Jim Shorts // Feature Friday
Jim Shorts, a lo-fi indie group formed and fronted by David Haynes, has been in existence for over five years now, with the full lineup coming together more recently. Haynes' previous releases certainly have a classic DIY vibe, making their latest album, Halo Repair, their most polished offering to date.
Halo Repair opens with "Broadcasting Cosmic Silence," a track that meets the concept of death and the afterlife head on with a smirk and a wish list with lyrics like "I hope there's no white light / I hope the flames don't get too high" and "I hope there's only a radio broadcasting cosmic silence." With vocals akin to The Front Bottom's Brian Sella and Rozwell Kid's Jordan Hudkins, Jim Shorts' David Haynes matter of fact lyrical delivery fuses with the jaunty guitar tones perfectly.
Halo Repair has a thoughtful, intentional air to it while maintaining a playful approach. Candid lyrics find their home in fuzzed out pop, crashing symbols, and breezy bop-able beats. Haynes' casual delivery makes listening to Halo Repair seem like your taking an audio tour through a journal with a conscious stream of thought pouring across the pages ("Gonna eat some junk food / Then write it all down" in "James Tailored" and "Holy Shit / There's food in the fridge / But I don't wanna eat it right now" in "Five Outta Six.")
"24,000" and "Open Arms Of A Canyon" explore more of a classic rock vibe with drawn out guitar riffs and hazy drums, making them groovier than the other tracks.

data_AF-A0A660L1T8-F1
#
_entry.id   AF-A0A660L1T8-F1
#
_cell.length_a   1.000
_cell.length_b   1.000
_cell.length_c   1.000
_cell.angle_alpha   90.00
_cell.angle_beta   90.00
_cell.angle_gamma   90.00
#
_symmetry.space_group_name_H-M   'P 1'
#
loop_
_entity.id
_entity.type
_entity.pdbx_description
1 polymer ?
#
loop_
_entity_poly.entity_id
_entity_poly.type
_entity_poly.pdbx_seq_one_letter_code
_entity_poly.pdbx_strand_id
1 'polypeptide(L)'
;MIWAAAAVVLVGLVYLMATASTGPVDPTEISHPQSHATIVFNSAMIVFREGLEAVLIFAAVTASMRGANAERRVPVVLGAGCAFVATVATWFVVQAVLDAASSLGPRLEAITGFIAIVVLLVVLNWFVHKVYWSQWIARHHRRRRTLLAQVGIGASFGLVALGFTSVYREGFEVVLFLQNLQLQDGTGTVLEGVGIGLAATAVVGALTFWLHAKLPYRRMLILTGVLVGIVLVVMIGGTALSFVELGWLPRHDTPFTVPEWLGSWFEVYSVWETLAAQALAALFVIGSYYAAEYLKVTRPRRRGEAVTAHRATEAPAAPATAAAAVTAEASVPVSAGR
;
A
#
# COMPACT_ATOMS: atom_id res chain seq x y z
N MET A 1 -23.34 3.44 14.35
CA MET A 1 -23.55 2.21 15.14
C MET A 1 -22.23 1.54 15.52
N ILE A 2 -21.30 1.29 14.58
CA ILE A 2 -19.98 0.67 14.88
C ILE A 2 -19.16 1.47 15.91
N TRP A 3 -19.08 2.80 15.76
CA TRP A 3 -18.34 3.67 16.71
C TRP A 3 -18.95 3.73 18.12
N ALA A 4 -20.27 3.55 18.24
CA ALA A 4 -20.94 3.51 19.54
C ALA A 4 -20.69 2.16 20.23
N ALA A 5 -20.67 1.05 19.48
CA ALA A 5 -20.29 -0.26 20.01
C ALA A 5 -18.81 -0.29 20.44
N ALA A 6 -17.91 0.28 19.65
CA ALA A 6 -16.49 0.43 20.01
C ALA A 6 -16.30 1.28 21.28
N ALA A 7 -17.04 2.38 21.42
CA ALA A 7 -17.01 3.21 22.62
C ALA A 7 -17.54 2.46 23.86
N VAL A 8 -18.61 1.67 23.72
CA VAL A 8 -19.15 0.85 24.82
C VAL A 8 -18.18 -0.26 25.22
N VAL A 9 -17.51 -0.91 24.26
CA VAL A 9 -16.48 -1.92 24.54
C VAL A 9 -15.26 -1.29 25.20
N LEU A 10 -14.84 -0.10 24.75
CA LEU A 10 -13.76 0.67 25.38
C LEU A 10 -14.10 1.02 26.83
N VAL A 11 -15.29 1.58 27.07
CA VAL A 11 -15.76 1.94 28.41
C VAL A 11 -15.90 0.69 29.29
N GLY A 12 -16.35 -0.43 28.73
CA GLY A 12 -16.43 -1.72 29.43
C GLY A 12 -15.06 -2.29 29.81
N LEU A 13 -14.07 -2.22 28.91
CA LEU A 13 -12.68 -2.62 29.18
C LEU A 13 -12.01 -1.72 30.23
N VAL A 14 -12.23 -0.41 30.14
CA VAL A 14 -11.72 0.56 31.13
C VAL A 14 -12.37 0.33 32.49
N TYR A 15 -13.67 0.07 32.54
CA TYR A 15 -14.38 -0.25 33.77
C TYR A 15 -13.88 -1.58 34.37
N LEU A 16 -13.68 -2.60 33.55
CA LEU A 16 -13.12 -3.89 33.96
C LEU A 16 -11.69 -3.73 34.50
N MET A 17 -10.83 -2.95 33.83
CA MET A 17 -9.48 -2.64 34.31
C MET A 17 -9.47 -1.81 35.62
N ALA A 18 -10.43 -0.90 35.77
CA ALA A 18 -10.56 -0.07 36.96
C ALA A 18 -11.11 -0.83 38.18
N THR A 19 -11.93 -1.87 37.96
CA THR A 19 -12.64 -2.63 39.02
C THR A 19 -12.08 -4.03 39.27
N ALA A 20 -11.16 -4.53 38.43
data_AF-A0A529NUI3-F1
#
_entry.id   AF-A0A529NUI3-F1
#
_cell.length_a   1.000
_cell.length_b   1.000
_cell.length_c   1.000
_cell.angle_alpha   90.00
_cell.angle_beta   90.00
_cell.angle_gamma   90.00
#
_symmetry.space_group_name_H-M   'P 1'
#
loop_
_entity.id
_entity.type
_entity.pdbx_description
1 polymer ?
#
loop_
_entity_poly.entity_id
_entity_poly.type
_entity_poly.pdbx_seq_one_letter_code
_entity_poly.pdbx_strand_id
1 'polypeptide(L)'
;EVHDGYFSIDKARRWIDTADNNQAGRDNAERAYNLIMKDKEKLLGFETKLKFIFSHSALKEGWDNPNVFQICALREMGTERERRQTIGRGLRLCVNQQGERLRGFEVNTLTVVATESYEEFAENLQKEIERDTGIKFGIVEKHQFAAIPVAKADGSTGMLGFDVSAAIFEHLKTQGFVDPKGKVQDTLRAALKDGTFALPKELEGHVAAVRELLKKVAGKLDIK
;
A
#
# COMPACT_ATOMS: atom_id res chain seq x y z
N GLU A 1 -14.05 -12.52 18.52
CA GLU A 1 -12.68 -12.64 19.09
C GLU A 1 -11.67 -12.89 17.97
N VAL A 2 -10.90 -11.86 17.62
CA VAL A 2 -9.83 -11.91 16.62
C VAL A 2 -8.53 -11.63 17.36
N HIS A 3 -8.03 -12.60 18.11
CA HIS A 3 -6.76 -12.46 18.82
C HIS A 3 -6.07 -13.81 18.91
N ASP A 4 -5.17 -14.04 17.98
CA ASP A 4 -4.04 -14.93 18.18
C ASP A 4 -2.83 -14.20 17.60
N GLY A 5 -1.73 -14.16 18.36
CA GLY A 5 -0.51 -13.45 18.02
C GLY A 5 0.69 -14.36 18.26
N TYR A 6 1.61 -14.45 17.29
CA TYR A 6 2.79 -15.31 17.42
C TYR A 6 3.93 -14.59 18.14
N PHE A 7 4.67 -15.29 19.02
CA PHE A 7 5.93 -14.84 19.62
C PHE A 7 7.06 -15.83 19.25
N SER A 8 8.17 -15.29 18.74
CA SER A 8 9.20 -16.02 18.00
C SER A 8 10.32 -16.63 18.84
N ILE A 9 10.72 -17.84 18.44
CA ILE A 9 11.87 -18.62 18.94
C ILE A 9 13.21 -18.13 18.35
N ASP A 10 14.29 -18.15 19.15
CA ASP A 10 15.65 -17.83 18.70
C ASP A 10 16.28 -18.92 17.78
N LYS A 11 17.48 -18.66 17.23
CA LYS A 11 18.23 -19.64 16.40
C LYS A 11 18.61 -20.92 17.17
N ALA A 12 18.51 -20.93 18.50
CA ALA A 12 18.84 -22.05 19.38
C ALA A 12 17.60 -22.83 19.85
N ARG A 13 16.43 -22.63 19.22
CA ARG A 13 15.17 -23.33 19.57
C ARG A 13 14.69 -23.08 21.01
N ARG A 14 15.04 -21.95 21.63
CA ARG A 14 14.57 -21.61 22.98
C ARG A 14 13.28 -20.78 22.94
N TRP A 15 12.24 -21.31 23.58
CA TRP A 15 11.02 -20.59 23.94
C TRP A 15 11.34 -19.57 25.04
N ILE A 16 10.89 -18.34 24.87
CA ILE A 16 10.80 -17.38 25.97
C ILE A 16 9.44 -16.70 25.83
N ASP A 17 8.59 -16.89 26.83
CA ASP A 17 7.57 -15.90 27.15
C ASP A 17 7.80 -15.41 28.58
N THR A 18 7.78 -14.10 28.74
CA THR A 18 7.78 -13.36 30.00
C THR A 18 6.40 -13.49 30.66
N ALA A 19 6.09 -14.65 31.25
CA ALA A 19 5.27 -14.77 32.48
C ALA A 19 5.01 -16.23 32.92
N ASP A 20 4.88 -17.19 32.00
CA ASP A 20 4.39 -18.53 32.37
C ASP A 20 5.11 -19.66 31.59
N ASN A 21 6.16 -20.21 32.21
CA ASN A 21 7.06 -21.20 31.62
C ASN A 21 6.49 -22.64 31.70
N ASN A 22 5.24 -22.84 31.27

Halo Repair is a solid album with a clear confirmation of Jim Shorts' ability to crank out music with a fresh-yet-familiar sound while keeping the listener on their toes. Continue reading below for an interview with Haynes' where we talk about recording Halo Repair, favorite musicians, and upcoming plans!
Q: You've been writing music for quite some time -- what was it like to bring additional musicians in and have them become a part of your project?
A: I had always wanted to make this project “full band” at some point, but it was never a priority. I was always in other bands that I took more seriously than Jim Shorts. Looking back, it was very cool to learn how to write songs over the past five years. It’s basically been a recording project, so it’s amazing to be finally writing songs I really believe in and feel have something special.
Having Jarrod Gee and Ryan Roddy help me make Halo Repair was probably the best decision I have ever made. Without Jarrod, Halo Repair would have been another one of my 30 minute, slop-rock, lo-fi existential crises. Jarrod and Roddy helped make it sound loud and powerful.
And moving up to Maryland and meeting Evan, Charlotte, and Mike was also amazing! They are all great players, and they learned the songs so fast! It’s been so much fun playing with this new lineup. The songs sound a little different now, and I love that! I’m really into songs changing and adapting over the years, and it’s really cool hearing them add something fresh.
Q: While your previous releases had a clear DIY aspect to them, your upcoming album has a more polished sound. What was this recording process like compared to your previous recording sessions for releases like Eternal which was recorded in a bedroom?
A: There’s a spontaneity to DIY recording that will always be exciting to me – the fact that you can set up a few microphones, do a couple drum takes, and chase your creative bliss almost immediately. It’s almost like “creativity in the raw,” or something like that.